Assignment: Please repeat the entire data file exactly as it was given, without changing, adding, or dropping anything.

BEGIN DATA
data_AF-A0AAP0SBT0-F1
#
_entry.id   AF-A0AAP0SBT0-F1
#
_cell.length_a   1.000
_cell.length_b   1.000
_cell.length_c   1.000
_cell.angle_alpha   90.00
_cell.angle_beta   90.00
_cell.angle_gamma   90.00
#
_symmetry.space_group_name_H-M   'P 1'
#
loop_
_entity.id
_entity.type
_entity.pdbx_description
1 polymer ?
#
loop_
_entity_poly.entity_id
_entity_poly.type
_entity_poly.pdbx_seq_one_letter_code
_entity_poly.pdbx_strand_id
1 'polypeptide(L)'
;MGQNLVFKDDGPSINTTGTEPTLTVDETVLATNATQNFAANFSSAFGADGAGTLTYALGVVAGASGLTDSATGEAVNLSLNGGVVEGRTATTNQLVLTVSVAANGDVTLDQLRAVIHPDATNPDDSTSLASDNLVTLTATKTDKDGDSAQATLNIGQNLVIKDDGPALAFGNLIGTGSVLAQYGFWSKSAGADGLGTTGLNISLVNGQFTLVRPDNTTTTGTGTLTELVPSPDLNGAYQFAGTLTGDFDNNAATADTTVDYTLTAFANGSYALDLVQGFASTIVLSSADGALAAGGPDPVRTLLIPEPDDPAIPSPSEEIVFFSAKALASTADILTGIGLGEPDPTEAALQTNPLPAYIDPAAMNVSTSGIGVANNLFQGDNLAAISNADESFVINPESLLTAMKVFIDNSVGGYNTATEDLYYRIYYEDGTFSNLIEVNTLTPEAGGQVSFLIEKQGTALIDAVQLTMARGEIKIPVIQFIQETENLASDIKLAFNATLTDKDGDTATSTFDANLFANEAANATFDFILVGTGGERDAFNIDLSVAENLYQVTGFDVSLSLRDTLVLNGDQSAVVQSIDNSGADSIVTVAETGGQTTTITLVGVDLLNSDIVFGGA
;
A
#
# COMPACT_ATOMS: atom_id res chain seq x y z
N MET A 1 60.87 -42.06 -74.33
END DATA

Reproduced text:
data_AF-A0AAP0SBT0-F1
#
_entry.id   AF-A0AAP0SBT0-F1
#
_cell.length_a   1.000
_cell.length_b   1.000
_cell.length_c   1.000
_cell.angle_alpha   90.00
_cell.angle_beta   90.00
_cell.angle_gamma   90.00
#
_symmetry.space_group_name_H-M   'P 1'
#
loop_
_entity.id
_entity.type
_entity.pdbx_description
1 polymer ?
#
loop_
_entity_poly.entity_id
_entity_poly.type
_entity_poly.pdbx_seq_one_letter_code
_entity_poly.pdbx_strand_id
1 'polypeptide(L)'
;MGQNLVFKDDGPSINTTGTEPTLTVDETVLATNATQNFAANFSSAFGADGAGTLTYALGVVAGASGLTDSATGEAVNLSLNGGVVEGRTATTNQLVLTVSVAANGDVTLDQLRAVIHPDATNPDDSTSLASDNLVTLTATKTDKDGDSAQATLNIGQNLVIKDDGPALAFGNLIGTGSVLAQYGFWSKSAGADGLGTTGLNISLVNGQFTLVRPDNTTTTGTGTLTELVPSPDLNGAYQFAGTLTGDFDNNAATADTTVDYTLTAFANGSYALDLVQGFASTIVLSSADGALAAGGPDPVRTLLIPEPDDPAIPSPSEEIVFFSAKALASTADILTGIGLGEPDPTEAALQTNPLPAYIDPAAMNVSTSGIGVANNLFQGDNLAAISNADESFVINPESLLTAMKVFIDNSVGGYNTATEDLYYRIYYEDGTFSNLIEVNTLTPEAGGQVSFLIEKQGTALIDAVQLTMARGEIKIPVIQFIQETENLASDIKLAFNATLTDKDGDTATSTFDANLFANEAANATFDFILVGTGGERDAFNIDLSVAENLYQVTGFDVSLSLRDTLVLNGDQSAVVQSIDNSGADSIVTVAETGGQTTTITLVGVDLLNSDIVFGGA
;
A
#
# COMPACT_ATOMS: atom_id res chain seq x y z
N MET A 1 60.87 -42.06 -74.33